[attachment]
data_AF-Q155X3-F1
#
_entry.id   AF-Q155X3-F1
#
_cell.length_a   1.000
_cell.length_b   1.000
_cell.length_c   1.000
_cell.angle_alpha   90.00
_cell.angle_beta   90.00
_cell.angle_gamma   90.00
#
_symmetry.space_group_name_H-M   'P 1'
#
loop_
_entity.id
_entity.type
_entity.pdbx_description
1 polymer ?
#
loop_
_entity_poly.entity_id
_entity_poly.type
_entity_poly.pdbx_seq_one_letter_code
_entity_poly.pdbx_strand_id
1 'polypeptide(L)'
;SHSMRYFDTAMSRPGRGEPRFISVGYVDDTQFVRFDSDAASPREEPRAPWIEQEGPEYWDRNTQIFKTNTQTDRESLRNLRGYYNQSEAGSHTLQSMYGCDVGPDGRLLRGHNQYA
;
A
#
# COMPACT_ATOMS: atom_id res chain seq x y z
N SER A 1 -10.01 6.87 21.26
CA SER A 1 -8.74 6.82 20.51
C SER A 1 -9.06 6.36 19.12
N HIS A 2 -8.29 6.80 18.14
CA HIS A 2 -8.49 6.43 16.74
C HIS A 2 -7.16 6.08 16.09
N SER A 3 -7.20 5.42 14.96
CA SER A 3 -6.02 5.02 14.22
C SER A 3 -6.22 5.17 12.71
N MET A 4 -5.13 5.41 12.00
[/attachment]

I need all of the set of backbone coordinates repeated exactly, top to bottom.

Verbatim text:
data_AF-Q155X3-F1
#
_entry.id   AF-Q155X3-F1
#
_cell.length_a   1.000
_cell.length_b   1.000
_cell.length_c   1.000
_cell.angle_alpha   90.00
_cell.angle_beta   90.00
_cell.angle_gamma   90.00
#
_symmetry.space_group_name_H-M   'P 1'
#
loop_
_entity.id
_entity.type
_entity.pdbx_description
1 polymer ?
#
loop_
_entity_poly.entity_id
_entity_poly.type
_entity_poly.pdbx_seq_one_letter_code
_entity_poly.pdbx_strand_id
1 'polypeptide(L)'
;SHSMRYFDTAMSRPGRGEPRFISVGYVDDTQFVRFDSDAASPREEPRAPWIEQEGPEYWDRNTQIFKTNTQTDRESLRNLRGYYNQSEAGSHTLQSMYGCDVGPDGRLLRGHNQYA
;
A
#
# COMPACT_ATOMS: atom_id res chain seq x y z
N SER A 1 -10.01 6.87 21.26
CA SER A 1 -8.74 6.82 20.51
C SER A 1 -9.06 6.36 19.12
N HIS A 2 -8.29 6.80 18.14
CA HIS A 2 -8.49 6.43 16.74
C HIS A 2 -7.16 6.08 16.09
N SER A 3 -7.20 5.42 14.96
CA SER A 3 -6.02 5.02 14.22
C SER A 3 -6.22 5.17 12.71
N MET A 4 -5.13 5.41 12.00